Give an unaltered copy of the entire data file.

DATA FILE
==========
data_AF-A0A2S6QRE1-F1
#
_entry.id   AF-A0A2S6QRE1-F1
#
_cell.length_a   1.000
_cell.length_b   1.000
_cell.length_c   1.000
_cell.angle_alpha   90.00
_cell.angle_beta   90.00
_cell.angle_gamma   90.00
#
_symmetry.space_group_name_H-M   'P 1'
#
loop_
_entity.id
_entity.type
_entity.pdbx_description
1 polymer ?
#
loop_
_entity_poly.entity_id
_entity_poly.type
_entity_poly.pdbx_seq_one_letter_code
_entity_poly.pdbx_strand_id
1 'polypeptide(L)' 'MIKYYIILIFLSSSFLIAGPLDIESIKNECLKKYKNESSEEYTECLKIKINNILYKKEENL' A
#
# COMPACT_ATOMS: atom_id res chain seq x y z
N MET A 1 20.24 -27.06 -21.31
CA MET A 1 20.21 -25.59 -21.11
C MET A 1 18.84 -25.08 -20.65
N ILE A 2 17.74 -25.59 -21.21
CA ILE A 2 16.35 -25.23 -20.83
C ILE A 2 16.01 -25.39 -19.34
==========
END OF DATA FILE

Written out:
data_AF-A0A2S6QRE1-F1
#
_entry.id   AF-A0A2S6QRE1-F1
#
_cell.length_a   1.000
_cell.length_b   1.000
_cell.length_c   1.000
_cell.angle_alpha   90.00
_cell.angle_beta   90.00
_cell.angle_gamma   90.00
#
_symmetry.space_group_name_H-M   'P 1'
#
loop_
_entity.id
_entity.type
_entity.pdbx_description
1 polymer ?
#
loop_
_entity_poly.entity_id
_entity_poly.type
_entity_poly.pdbx_seq_one_letter_code
_entity_poly.pdbx_strand_id
1 'polypeptide(L)' 'MIKYYIILIFLSSSFLIAGPLDIESIKNECLKKYKNESSEEYTECLKIKINNILYKKEENL' A
#
# COMPACT_ATOMS: atom_id res chain seq x y z
N MET A 1 20.24 -27.06 -21.31
CA MET A 1 20.21 -25.59 -21.11
C MET A 1 18.84 -25.08 -20.65
N ILE A 2 17.74 -25.59 -21.21
CA ILE A 2 16.35 -25.23 -20.83
C ILE A 2 16.01 -25.39 -19.34